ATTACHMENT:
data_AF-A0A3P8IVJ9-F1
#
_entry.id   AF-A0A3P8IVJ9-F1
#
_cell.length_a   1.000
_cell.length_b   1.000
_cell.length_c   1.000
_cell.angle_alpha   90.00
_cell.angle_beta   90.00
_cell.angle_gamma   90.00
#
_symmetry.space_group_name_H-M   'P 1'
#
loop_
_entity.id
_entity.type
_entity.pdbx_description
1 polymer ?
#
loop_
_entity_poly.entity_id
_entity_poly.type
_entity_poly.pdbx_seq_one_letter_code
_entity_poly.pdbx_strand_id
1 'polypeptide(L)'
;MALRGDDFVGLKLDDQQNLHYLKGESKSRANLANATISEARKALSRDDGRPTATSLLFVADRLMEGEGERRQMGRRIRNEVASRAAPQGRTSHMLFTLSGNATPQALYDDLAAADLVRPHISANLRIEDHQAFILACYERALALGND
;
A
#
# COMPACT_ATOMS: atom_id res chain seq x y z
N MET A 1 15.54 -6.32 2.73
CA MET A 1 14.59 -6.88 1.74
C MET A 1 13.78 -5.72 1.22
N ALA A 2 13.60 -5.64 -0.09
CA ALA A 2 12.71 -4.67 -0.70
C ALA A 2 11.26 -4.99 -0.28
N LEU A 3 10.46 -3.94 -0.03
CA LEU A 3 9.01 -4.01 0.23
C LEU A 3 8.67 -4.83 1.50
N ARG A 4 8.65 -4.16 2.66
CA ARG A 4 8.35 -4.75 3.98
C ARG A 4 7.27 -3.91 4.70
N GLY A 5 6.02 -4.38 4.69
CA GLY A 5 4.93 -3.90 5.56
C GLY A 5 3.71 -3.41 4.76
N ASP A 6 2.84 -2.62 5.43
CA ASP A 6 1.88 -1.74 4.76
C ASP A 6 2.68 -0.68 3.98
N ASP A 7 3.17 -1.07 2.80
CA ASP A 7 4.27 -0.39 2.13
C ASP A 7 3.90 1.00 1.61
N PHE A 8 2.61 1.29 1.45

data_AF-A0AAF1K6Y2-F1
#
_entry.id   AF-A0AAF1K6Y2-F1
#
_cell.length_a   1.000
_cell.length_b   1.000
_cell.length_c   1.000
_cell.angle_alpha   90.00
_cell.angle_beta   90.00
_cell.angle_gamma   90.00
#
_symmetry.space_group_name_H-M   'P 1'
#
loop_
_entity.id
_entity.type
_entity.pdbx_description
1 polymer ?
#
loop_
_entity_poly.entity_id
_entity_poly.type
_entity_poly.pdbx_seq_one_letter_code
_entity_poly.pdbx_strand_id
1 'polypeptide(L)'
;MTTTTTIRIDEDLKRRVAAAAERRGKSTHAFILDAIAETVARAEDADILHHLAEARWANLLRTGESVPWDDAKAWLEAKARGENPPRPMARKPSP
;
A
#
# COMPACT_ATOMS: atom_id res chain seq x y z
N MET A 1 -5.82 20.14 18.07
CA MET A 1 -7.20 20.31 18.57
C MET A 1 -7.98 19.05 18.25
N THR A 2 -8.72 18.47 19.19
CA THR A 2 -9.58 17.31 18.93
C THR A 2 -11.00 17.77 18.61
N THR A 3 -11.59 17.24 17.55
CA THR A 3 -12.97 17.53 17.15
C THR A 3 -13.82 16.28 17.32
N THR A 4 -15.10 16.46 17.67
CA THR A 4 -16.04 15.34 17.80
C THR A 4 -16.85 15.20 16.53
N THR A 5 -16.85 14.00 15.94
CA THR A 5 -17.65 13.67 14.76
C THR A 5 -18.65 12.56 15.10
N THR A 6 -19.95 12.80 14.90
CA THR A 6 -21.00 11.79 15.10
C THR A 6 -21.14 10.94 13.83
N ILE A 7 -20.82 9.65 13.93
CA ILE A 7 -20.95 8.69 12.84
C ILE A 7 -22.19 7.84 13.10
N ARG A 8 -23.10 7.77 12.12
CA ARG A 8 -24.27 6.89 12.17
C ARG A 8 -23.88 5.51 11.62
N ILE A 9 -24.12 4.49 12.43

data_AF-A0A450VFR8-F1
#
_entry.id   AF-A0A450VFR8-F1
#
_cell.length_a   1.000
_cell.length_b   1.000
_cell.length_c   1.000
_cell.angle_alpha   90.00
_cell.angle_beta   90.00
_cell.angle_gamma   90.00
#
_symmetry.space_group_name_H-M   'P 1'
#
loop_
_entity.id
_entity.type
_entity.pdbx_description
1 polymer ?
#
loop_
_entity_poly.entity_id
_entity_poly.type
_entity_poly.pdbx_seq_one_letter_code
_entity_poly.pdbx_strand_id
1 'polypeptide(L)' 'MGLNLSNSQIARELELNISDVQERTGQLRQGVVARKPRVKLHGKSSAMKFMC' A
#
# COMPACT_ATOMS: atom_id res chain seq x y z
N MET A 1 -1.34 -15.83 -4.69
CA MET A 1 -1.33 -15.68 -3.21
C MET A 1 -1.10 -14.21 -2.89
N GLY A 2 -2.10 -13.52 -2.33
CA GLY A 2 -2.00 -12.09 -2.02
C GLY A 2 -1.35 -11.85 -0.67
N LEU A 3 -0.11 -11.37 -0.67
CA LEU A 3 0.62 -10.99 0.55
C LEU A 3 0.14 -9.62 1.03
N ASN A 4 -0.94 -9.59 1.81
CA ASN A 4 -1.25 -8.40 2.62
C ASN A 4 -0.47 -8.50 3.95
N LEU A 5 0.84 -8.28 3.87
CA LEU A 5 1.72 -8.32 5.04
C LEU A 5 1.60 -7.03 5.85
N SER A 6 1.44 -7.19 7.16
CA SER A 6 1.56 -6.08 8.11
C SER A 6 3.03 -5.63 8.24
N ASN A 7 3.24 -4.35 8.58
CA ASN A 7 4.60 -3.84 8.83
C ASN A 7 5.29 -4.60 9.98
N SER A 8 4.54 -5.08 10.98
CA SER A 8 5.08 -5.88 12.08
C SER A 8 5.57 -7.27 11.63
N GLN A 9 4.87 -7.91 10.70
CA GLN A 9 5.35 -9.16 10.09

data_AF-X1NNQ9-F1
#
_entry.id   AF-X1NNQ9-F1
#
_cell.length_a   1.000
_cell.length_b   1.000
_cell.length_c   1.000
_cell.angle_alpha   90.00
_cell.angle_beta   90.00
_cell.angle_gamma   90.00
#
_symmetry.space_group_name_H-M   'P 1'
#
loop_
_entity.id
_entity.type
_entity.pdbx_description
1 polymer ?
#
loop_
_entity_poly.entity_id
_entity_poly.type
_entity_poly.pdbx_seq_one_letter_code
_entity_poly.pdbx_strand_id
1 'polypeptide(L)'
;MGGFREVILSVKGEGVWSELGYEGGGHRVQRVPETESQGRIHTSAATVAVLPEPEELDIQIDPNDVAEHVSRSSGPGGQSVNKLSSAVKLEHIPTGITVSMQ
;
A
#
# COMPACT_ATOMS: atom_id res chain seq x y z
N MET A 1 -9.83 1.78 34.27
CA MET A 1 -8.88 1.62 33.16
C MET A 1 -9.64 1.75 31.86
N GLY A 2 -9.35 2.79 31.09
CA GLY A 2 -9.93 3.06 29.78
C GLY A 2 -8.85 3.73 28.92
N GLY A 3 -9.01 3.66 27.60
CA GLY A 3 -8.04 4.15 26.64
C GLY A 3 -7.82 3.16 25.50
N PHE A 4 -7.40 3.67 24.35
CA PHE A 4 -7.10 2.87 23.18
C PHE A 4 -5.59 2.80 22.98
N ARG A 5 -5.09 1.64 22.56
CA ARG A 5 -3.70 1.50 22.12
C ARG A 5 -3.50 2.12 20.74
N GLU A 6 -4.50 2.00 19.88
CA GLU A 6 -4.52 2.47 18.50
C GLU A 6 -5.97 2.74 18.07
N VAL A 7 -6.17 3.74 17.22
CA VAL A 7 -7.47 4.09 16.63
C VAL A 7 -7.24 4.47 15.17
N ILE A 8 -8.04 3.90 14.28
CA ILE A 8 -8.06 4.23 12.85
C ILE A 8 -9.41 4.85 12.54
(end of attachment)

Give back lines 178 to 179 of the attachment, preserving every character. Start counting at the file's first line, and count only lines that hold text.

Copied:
1 polymer ?
#